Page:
Zipping Through The Berkshires

Ziplining

Shannon, disguised behind sunglasses and an attractive orange helmet, rocking the zip-line

Flying through a tree-top canopy at 35 miles per hour while suspended 50 feet in the air by a harness and a cable is one great way to experience the beauty of the Berkshires, or really anywhere for that matter.  Zip-lining is something we wanted to try ever since we first saw it on the Amazing Race several years ago.  Now it was our turn.

The Deerfield Valley Canopy Tour starts with a brief tutorial covering such trivial things as how to break and how to perform a “self rescue”, blah, blah, blah.  After practicing the techniques on the zip-lining equivalent of a bunny slope, we head up the mountain for the real deal.  Our group piles in to a 4 x 4 vehicle that speeds up a half-mile of twisting, rutted, dirt roads as it makes the 500 foot vertical ascent to the beginning of the course.  This beats the crap out of a ski lift as far as getting up a mountain goes.  If the entire trip is as much fun as this, we’re in for a great day.

Rappelling is the only way to get down

The 4 x 4 stops a little shy of our final destination, but after a short hike and a quick ladder climb to a tree stand, we’re finally in position for our first real zip.  Meghan, one of our guides, goes first and gets in position so she can signal us noobs when to start braking.  If you slow down too soon you’ll stop before reaching the other tree stand.  Slow down too late, and, well, there is a tree to meet you on the downhill side of the cable.  No biggie.

Our other guide, conveniently also named Meghan, hooks my harness to the zip cable and gives me the green light to go.  I thought I’d have some trepidation about stepping off a completely solid tree stand into the nothingness below, but it is different than I expected.  Most of my weight is already supported by the harness so picking my feet up feels more like sitting on a swing than stepping off a ledge.  There is no moment of free fall.  Instead of plunging downward, I start moving forward.  Gaining speed, the tree-top canopy becomes a tunnel of green blur all around me.  Too soon, I see the platform ahead with Meghan signaling for me to break.  “This is Awesome!” I yell to those still waiting on the other side.  “It gets better” encourages Meghan. Somehow, she always knows exactly what to say.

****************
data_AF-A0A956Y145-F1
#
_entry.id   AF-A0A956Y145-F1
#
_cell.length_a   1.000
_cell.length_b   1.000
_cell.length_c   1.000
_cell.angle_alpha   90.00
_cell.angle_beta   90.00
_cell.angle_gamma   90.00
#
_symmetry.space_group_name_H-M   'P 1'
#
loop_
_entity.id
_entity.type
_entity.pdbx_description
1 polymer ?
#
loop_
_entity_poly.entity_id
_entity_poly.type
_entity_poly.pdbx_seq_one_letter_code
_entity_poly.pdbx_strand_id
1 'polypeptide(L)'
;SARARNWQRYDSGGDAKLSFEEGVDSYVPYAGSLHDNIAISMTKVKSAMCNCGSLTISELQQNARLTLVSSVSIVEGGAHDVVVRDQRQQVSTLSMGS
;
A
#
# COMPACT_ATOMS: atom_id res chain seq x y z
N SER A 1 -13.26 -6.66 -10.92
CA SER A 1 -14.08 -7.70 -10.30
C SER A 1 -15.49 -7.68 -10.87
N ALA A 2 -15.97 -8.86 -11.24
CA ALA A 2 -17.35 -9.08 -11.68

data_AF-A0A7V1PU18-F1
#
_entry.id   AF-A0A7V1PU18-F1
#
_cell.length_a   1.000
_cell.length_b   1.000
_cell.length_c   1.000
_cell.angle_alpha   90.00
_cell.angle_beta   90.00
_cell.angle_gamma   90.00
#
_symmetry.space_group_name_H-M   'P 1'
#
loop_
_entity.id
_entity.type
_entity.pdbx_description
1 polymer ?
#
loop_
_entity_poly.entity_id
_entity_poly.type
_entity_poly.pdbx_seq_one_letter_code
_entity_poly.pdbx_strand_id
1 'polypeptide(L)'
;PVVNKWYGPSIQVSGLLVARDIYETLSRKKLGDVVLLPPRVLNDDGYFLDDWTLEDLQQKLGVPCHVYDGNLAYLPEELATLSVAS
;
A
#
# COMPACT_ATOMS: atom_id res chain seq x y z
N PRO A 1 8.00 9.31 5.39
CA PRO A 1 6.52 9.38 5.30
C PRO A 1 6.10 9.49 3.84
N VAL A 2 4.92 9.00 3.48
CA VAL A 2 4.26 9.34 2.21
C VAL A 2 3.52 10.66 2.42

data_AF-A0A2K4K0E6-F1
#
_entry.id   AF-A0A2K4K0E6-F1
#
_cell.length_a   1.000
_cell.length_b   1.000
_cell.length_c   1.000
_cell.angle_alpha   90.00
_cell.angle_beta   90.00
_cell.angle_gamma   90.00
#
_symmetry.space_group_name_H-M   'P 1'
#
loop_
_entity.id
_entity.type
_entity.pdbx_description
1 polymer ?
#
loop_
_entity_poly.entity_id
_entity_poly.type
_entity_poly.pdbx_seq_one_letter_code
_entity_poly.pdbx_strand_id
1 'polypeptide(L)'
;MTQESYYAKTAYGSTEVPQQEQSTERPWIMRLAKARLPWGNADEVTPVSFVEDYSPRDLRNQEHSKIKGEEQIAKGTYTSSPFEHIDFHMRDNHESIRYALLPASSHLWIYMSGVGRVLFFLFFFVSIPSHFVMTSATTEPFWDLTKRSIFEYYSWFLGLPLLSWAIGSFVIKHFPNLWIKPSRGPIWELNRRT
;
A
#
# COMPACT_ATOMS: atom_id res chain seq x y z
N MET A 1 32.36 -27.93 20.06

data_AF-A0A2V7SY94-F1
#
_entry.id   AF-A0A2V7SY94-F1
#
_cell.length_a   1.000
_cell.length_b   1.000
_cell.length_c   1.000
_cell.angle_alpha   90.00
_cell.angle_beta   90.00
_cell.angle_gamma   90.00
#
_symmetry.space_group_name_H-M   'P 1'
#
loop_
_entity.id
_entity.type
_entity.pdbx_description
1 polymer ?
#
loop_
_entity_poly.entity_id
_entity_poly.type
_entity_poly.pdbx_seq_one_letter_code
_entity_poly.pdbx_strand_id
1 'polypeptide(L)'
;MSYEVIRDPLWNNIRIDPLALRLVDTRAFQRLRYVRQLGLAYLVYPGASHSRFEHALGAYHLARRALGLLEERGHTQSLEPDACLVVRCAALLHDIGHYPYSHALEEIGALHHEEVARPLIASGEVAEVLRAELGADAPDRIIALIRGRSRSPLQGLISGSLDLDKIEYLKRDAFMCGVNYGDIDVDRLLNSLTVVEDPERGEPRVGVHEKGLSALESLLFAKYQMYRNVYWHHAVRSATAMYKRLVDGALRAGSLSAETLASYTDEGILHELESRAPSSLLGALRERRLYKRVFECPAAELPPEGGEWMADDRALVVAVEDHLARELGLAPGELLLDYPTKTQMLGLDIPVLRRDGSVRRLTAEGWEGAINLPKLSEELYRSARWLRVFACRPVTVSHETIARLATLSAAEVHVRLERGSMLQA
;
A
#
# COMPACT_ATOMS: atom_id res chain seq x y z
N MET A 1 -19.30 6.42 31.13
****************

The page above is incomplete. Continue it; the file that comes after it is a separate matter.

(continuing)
Sky bridges connect adjacent platforms

And she isn’t lying.  The zips get progressively longer, and faster, with the longest cable stretching the length of one and a half football fields.  This is crazy fun.

After a couple of zips we’re all feeling pretty confident.  But at this tree stand I don’t see our next zip cable.  I see a rope hanging from a pulley.  We have to rappel down the tree to our next platform.  Sweet!  Meghan gives us some basic instructions and before long I’m leaning back over a 15 foot drop trusting that a complete stranger will lower me to safety.  She did.

After about three hours we complete the entire course, including eleven zips, three rappels, two “sky bridges,” and a 4 x 4 ride.  Feeling exhilarated and a little exhausted I head back to my car determined to do this again someday soon.

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Trackbacks/Pingbacks

  1. Kayak Durango | Everywhere Once - July 30, 2012

    […] ourselves particularly adventurous. Now we know that most of our favorite activities, from ziplining in Massachusetts, to mountain biking down Pike’s Peak 14,000 foot summit, to spelunking in Kentucky (and Belize,  […]

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  2. A Trip of Firsts | Everywhere Once - February 18, 2013

    […] Zip-lining […]

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